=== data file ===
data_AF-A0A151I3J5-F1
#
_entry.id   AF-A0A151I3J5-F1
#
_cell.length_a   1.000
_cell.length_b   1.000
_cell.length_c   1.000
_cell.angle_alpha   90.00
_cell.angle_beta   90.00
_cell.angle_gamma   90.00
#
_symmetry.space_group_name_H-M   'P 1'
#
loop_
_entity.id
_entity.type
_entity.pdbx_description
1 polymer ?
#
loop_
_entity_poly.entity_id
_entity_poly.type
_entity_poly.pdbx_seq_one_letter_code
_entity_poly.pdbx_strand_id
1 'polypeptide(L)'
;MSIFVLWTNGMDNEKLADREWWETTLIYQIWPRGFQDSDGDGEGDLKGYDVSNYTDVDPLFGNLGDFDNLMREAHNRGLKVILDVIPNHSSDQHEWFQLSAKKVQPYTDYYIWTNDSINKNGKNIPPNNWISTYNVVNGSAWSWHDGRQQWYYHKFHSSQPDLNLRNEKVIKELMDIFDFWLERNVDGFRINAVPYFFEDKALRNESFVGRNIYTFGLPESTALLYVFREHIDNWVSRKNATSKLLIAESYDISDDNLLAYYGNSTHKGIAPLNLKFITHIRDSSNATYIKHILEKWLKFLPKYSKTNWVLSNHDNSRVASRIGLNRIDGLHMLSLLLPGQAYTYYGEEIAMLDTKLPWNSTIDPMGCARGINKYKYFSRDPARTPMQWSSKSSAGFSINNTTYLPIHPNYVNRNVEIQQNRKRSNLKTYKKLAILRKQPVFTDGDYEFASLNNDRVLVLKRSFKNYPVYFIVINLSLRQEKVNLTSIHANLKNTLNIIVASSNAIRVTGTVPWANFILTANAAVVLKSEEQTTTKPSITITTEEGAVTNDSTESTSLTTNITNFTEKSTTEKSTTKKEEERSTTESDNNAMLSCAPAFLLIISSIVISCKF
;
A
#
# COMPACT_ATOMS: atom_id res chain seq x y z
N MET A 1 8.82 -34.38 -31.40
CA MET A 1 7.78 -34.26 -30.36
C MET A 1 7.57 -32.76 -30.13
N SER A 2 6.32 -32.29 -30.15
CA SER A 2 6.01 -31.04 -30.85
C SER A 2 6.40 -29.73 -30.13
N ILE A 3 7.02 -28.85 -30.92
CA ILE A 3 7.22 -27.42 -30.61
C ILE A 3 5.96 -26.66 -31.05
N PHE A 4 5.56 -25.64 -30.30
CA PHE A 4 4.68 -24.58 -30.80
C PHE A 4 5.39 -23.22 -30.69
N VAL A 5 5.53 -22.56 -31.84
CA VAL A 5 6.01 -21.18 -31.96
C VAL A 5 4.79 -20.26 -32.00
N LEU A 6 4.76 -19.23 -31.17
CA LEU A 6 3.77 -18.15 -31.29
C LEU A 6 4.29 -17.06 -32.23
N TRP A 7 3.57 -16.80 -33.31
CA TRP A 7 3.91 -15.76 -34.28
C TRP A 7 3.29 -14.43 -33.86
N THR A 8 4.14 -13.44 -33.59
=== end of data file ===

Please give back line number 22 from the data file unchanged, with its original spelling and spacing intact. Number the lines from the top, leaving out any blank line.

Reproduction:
_entity_poly.type